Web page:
In the Simalaha Community Conservancy the Sesheke and Sekhute Chiefdoms are taking ownership of their own destiny: following a community-led approach to improve basic human rights – such as access to food, health, livelihood opportunities and education – by responsibly managing and protecting natural resources and wildlife. Situated in the Zambian component of the Kavango Zambezi Transfrontier Conservation Area, Simalaha is a shining example of a dedicated government working with NOGs and communities to create a better future for people living in extremely rural areas.

Simalaha comprises 180 000 ha of communal land and lies within one of six key wildlife dispersal areas in the Kavango Zambezi Transfrontier Conservation Area, namely the Chobe Zambezi dispersal area that reaches from Chobe National Park in Botswana to Kafue National Park in Zambia. The conservancy is fundamental to re-establishing wildlife populations and their migration routes here and Peace Parks, through funding from the Swedish Postcode Lottery, MAVA Fondation pour la Nature, COmON Foundation, and various other donors, have been working alongside the people of Simalaha since its establishment with a focus on improving the social, economic and environmental circumstances of the region.

Water is a major factor in sustaining life in Africa. In 2022, extra water will be brought to where it is most needed in the Simalaha Community Conservancy. New pans will be opened up to enhance water security for over 1,500 households, enhancing agriculture and providing water security for cattle in the Herding for Health) programme. As well as this, more boreholes will be drilled and shallow wells and pans will be opened across various Village Action Groups in the region. This will bring much-needed water for both people and animals and in doing so, provide opportunities for lifting lifestyles out of poverty. With water from the Kasaya River routed via local schools both the community and wildlife will benefit. An exciting development will be the extension of the existing buffalo sanctuary.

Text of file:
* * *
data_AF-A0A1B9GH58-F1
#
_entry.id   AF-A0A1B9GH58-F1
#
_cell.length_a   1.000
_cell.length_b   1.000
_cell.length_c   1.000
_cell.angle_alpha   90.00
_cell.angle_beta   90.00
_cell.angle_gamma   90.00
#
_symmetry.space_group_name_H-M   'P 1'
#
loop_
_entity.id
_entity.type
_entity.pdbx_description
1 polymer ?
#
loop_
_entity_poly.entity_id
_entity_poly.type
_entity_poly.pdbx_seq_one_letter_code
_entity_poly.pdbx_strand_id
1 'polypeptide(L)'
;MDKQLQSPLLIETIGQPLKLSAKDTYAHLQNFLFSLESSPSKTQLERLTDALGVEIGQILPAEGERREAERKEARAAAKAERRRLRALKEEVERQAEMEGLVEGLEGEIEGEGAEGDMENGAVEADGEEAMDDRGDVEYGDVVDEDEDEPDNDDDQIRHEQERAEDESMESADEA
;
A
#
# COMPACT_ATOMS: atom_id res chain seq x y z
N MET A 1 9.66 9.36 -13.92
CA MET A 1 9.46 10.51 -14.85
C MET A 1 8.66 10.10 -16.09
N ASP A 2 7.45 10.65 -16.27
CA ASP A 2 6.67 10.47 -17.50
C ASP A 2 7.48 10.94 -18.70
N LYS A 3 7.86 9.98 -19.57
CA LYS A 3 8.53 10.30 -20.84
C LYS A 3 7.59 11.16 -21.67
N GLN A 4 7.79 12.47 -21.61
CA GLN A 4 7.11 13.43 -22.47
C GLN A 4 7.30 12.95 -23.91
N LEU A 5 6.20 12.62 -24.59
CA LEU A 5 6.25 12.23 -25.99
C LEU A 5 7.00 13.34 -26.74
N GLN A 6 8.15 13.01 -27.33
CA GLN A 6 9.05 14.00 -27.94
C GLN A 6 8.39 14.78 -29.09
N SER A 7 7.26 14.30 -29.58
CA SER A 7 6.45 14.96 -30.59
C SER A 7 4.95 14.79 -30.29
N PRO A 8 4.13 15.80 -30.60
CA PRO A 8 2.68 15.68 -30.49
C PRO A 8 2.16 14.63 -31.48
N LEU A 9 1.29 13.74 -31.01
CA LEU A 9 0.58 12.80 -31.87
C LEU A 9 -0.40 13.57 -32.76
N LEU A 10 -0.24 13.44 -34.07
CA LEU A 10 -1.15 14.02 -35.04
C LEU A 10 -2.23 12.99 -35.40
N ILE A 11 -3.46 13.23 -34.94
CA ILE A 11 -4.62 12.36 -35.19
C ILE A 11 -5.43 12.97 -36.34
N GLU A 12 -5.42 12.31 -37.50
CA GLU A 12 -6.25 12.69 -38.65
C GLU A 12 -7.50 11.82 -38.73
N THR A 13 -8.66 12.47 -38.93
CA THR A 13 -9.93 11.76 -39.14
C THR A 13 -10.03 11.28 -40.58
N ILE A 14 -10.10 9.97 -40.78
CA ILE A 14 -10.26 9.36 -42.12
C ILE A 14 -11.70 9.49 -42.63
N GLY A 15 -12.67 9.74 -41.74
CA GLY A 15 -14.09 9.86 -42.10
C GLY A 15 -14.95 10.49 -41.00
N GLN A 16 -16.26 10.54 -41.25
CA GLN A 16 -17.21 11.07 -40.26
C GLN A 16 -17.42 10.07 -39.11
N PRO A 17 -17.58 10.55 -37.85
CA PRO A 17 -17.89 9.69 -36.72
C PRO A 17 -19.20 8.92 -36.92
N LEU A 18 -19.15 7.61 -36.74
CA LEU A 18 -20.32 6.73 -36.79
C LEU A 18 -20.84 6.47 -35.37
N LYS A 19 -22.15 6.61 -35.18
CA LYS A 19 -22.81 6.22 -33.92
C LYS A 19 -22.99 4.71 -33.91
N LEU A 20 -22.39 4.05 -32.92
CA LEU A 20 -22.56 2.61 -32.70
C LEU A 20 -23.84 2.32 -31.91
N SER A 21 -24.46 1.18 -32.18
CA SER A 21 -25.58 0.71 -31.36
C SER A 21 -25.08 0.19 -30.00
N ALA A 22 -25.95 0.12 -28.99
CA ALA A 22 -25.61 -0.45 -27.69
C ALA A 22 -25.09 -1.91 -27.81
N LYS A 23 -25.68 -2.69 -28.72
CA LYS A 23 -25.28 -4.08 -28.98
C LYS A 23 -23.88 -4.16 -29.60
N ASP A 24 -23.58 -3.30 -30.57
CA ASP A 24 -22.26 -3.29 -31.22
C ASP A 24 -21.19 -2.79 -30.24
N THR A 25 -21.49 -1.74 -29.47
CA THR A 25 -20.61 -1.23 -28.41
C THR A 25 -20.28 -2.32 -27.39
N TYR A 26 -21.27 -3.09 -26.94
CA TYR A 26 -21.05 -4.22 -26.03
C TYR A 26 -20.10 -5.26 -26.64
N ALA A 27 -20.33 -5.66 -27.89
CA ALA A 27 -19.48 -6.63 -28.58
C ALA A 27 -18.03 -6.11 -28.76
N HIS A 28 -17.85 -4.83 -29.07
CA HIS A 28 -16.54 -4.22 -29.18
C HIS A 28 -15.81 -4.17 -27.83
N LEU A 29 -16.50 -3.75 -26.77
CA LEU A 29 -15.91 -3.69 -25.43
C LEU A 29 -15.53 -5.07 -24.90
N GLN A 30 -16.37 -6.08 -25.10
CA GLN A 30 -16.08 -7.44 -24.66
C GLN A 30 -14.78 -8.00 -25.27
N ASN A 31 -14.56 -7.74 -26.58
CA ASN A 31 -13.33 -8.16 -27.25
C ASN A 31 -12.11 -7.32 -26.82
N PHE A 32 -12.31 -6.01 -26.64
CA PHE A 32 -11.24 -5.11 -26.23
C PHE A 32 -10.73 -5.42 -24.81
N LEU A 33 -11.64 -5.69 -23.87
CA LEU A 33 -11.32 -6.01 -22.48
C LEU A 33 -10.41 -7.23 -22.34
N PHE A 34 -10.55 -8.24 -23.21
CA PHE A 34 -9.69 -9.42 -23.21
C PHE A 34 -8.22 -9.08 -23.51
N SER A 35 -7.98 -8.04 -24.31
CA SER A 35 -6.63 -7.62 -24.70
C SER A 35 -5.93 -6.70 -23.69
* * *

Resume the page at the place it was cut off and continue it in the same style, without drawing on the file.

Much is on the cards for the further development of conservation agriculture. In partnership with the Simalaha Community Conservancy Trust an agronomist will develop Agri Hubs. The growing of high-value crops such as onions and sundried tomatoes will be trialled with conservation agriculture farmers. Excitingly, beehives will be distributed and newly trained beehive farmers. To aid sustainable fishing practices, legal fishing nets will be purchased and distributed to registered fishermen who hand in their illegal fishing nets. One of the goals of these and other initiatives is to help switch the unsustainable use of natural resources to practices that are eco-friendly and promote the creation of livelihoods for communities.

Many new faces will appear on Peace Parks TV next year, as a new office will open in Livingstone and various experts will come aboard to help with the development of a human-wildlife conflict mitigation strategy and to roll out the Herding for Health programme across the region.

Keep watching Peace Parks TV to follow the exciting changes ahead for Simalaha Community Conservancy.